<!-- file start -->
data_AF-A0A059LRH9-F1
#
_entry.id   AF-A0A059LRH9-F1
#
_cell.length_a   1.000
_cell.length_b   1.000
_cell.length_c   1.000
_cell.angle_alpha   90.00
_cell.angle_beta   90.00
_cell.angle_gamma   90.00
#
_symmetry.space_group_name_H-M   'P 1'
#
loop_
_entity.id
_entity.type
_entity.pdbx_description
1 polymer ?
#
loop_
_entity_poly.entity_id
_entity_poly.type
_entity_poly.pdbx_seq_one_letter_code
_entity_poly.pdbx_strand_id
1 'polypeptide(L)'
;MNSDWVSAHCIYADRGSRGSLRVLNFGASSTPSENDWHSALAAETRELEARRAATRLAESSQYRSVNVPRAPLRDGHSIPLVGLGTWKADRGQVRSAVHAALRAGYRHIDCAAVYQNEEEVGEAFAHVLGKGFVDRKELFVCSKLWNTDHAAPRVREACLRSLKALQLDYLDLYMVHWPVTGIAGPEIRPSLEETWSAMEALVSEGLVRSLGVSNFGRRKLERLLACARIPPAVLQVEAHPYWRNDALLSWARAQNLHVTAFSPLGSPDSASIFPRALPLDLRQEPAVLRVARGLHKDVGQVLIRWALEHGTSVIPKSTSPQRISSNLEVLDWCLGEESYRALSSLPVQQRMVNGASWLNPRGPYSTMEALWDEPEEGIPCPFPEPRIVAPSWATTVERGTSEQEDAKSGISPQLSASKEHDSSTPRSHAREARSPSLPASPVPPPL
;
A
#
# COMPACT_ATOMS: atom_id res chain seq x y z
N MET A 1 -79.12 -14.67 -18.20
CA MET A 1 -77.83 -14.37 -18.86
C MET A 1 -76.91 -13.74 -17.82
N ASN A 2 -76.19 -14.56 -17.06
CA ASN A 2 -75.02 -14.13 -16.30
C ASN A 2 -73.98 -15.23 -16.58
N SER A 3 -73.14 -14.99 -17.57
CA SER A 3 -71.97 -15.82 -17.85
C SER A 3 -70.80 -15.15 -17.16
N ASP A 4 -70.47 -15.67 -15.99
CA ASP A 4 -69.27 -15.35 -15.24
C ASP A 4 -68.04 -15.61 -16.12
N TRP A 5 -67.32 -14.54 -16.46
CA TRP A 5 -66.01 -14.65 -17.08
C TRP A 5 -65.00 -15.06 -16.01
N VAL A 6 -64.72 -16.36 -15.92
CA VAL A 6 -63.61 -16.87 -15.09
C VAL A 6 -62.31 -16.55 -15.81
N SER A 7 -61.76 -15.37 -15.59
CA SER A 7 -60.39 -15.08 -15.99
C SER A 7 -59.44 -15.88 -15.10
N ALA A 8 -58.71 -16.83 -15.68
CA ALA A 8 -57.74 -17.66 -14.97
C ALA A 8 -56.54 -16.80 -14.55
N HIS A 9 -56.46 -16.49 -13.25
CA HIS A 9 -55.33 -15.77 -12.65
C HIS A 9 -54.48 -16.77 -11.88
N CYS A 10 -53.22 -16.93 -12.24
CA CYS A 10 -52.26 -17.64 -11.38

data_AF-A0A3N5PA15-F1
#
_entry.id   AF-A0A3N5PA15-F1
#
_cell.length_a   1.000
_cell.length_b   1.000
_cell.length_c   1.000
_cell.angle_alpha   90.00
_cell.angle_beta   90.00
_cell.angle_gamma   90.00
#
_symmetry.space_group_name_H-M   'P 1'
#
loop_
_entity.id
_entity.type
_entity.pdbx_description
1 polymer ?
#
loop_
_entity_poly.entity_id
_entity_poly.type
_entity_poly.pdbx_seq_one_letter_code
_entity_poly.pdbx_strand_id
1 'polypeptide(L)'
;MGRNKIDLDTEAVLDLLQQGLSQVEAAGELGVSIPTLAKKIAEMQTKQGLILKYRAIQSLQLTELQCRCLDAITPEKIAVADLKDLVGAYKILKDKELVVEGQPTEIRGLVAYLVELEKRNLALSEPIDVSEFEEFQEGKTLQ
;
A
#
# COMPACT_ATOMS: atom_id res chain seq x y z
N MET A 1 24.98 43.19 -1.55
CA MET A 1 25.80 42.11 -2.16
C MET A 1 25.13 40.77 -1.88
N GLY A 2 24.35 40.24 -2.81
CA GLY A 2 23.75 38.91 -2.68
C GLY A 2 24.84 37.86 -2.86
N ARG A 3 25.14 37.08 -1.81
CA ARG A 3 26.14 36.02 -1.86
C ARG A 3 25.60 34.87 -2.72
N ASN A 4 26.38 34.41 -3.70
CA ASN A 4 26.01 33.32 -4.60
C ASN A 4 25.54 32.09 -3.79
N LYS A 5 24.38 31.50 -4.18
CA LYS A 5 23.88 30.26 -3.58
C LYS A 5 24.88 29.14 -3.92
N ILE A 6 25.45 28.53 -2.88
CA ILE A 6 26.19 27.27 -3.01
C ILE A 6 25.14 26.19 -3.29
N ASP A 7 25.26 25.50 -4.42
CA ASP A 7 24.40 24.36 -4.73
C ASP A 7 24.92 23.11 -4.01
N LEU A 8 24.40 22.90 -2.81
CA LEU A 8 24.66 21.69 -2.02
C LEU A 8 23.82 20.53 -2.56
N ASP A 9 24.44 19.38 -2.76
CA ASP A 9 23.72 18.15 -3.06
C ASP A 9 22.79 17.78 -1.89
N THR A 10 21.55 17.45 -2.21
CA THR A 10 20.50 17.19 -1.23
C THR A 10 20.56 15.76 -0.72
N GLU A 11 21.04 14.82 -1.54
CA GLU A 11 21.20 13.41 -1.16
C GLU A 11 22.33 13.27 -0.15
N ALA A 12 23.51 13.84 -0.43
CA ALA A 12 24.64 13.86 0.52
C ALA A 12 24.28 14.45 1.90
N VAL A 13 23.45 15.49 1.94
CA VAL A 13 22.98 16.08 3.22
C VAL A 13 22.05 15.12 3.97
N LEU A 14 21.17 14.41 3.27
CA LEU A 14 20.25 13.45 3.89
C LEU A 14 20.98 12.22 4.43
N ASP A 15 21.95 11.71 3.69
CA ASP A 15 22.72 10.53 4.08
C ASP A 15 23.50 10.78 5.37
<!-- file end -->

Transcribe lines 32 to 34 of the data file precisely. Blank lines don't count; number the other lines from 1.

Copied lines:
CA MET A 1 -77.83 -14.37 -18.86
C MET A 1 -76.91 -13.74 -17.82
N ASN A 2 -76.19 -14.56 -17.06